What became of the DC truckers' convoy?
When protesters rioted in Washington, D.C. after the death of George Floyd, leftist politicians welcomed them. They even went so far as to paint "Black Lives Matter" in large letters along 16th Street.
During her press conference, Mayor Muriel Bowser said, "There are people who are craving to be heard and be seen and to have their humanity recognized. We had the opportunity to send that message loud and clear on a very important street in our city." She said the message was "Black Lives Matter," but this first part of the quote could have just as easily applied to the truck drivers making up the People's Convoy.
Those truckers didn't get a street painted over in their honor. They aren't even allowed into the capital city of their country. They were "banished" to the Beltway, allowed only to circle D.C.
John Falcicchio, chief of staff for Bowser, said, "Mayor Bowser wanted to make it abundantly clear that this is DC's street and to honor demonstrators who (were) peacefully protesting on Monday evening." This too could apply to the truck driver, and even more so, since many of the D.C. protesters weren't peacefully demonstrating.
When the convoy arrived in Maryland on March 3, they began working with law enforcement agencies to ensure that their travels around the Washington, D.C. beltway would be peaceful and safe. The groups met daily and mapped out the route for the day.
That changed in the middle of the month. The People's Convoy website issued a press release that read, in part, "Despite the convoy's active, transparent and daily communication with special agents from both the Metropolitan DC Police Department and the Maryland State Police Department, the DC Metro Police have blocked all entrances into the US Capital for the past two days."
Snowplows and barricades were utilized to block the off-ramps. Unfortunately, this not only illegally stopped the trucks from entering the city, but stopped all vehicles, causing even more back-ups, delays, and frustration. At times, traffic came to a standstill, and drivers exited their vehicles.
"The District of Columbia was monitoring and prepared for demonstration activity this afternoon," Homeland Security and Emergency Management Agency director Christopher Rodriguez said in a statement. It read, "The Metropolitan Police Department implemented targeted traffic control measures as part of our layered mitigation strategy ... to minimize disruptions to our residents and businesses by keeping large commercial vehicles off our surface streets ." This included delivery vehicles for businesses in the city, so how did that minimize disruptions? Instead, it maximized the disruptions to commuters traveling the Beltway.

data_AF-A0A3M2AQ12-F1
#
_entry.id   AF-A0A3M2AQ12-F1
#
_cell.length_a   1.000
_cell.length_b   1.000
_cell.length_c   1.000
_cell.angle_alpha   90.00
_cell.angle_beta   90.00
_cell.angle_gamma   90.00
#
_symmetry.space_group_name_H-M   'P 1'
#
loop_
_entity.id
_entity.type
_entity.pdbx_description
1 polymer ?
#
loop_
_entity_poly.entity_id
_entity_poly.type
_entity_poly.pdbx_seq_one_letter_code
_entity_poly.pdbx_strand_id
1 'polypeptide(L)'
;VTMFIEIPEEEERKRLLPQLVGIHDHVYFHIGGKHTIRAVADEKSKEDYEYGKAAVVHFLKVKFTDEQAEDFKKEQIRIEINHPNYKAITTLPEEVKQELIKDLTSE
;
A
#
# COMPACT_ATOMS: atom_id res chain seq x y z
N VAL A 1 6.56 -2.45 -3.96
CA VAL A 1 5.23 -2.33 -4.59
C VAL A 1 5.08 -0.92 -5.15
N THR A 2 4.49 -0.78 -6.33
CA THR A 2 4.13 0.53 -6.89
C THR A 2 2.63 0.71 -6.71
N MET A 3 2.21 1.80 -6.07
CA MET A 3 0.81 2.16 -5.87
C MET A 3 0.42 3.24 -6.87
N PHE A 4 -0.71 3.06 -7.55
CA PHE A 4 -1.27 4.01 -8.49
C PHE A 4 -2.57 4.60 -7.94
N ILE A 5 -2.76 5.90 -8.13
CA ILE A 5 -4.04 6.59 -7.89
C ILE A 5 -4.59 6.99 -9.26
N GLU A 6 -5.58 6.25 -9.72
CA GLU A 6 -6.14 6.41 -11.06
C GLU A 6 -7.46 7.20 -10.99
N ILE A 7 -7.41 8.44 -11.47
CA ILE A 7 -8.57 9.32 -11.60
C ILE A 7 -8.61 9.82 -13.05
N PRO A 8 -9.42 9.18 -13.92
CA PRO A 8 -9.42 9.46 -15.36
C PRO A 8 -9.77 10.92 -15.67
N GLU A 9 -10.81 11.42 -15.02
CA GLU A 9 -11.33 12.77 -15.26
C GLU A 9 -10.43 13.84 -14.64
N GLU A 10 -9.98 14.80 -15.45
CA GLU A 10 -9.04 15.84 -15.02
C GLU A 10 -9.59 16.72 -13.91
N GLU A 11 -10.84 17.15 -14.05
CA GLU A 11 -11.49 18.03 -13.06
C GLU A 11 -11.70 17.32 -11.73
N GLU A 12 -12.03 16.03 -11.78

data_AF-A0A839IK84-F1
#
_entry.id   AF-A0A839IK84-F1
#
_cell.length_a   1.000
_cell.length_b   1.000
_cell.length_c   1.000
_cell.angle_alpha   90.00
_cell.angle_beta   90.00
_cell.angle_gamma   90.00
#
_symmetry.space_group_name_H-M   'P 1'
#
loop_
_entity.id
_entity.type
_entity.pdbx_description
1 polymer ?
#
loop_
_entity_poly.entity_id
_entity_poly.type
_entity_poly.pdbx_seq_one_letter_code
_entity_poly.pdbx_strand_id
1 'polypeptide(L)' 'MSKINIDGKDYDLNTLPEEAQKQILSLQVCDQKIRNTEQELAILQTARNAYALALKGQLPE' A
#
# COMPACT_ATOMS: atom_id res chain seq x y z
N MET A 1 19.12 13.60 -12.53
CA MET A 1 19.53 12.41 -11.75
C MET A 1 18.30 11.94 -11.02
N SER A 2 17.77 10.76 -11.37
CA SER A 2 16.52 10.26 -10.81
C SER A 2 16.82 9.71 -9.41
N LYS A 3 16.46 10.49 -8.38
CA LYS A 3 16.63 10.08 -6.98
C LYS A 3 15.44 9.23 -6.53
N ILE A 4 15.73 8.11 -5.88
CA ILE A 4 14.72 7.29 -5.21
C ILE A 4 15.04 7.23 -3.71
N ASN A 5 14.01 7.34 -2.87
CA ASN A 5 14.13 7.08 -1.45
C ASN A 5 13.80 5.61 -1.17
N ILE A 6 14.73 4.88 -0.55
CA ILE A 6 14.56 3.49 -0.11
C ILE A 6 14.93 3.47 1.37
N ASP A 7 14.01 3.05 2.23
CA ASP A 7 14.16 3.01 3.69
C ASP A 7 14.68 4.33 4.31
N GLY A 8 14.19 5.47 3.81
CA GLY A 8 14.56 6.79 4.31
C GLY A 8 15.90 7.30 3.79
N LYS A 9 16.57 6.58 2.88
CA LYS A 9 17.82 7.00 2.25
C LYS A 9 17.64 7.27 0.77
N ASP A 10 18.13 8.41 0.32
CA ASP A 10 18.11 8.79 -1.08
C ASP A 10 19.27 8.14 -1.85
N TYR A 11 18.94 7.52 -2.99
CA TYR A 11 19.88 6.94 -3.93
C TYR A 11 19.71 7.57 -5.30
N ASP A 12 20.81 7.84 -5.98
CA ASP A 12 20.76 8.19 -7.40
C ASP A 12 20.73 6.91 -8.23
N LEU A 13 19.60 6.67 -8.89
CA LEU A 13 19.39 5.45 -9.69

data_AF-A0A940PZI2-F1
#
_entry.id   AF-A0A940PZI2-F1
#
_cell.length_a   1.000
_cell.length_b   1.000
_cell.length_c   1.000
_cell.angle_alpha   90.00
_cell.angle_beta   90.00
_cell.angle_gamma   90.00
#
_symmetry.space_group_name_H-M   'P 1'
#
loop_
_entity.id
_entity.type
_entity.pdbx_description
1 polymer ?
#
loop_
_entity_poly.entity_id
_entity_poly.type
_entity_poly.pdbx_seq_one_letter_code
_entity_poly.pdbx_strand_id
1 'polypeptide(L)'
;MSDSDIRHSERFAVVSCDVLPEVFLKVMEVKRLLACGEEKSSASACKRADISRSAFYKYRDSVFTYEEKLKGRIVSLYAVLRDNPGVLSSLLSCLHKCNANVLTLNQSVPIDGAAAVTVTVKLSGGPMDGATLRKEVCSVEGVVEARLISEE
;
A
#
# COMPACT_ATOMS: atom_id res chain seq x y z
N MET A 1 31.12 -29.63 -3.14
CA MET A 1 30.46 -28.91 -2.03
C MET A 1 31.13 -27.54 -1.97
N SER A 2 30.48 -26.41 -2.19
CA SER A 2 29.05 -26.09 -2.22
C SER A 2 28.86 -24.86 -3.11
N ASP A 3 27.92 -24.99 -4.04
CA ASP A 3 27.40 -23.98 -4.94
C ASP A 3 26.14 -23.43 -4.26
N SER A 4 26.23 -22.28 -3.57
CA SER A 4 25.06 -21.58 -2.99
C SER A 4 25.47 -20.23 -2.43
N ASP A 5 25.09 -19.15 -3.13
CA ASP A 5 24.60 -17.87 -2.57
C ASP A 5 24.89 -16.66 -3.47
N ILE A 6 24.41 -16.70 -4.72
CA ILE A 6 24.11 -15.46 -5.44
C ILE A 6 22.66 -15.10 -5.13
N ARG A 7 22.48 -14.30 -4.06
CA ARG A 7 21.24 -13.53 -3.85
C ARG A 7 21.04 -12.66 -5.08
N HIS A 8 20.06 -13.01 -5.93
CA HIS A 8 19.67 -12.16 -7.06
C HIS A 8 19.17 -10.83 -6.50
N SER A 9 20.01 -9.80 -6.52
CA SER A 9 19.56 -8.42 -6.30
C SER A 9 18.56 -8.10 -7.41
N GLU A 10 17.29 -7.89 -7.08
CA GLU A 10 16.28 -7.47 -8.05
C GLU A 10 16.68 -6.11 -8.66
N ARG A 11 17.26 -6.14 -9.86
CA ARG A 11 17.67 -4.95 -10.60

The press release concluded, "It is a deliberate abuse of power, as law enforcement strips First Amendment Rights away from hardworking taxpayers who merely want to make a statement, peacefully traveling on taxpayer-funded streets."
Our founding fathers would have applauded the truckers. But many of the professional politicians in our nation's capital think they know better what's best for U.S. citizens than those who engrafted rights into our then-fledgling Republic. The very first amendment of the Bill of Rights clarifies that We the People have the right to petition an abusive government.
The officials in Washington didn't learn anything from watching what happened in Ottawa, Canada earlier this year during the Freedom Convoy. Canadian officials took drastic actions against peaceful citizens to drive them out of the city. While those actions eventually "worked," they lost the trust of the citizens they claim to protect. In essence, they won the battle, but they will lose the war.
It seems Washington is on the path to doing the same thing. So far, the only people who have violated the law during the People's Convoy are the politicians, city workers, and police who illegally blocked a public street to keep law-abiding citizens out of the city.
"Every American has a constitutional right to peacefully protest and visit our nation's capital," said Brian Brase, co-organizer of The People's Convoy. "We have circled the Beltway for the past two weeks in a law-abiding demonstration of solidarity with the American people without incident. Threatening arrest and blocking access to D.C. is not going to stop us from making our voices heard."
The government needs to start obeying the law and allow the truckers to pass through the city. They have the right to protest peaceably. If they aren't allowed to do that, they will make sure to voice their frustration at the ballot box, and while D.C. officials may think they are safe from reprisal, federal officials are not. If the unconstitutional leftists are voted out in November, our capital may be put under stricter federal oversight.
Michael A. Letts is the CEO and Founder of In-VestUSA, a national grassroots non-profit organization helping hundreds of communities provide thousands of bulletproof vests for their police forces through educational, public relations, sponsorship, and fundraising programs.
Image via Pixabay.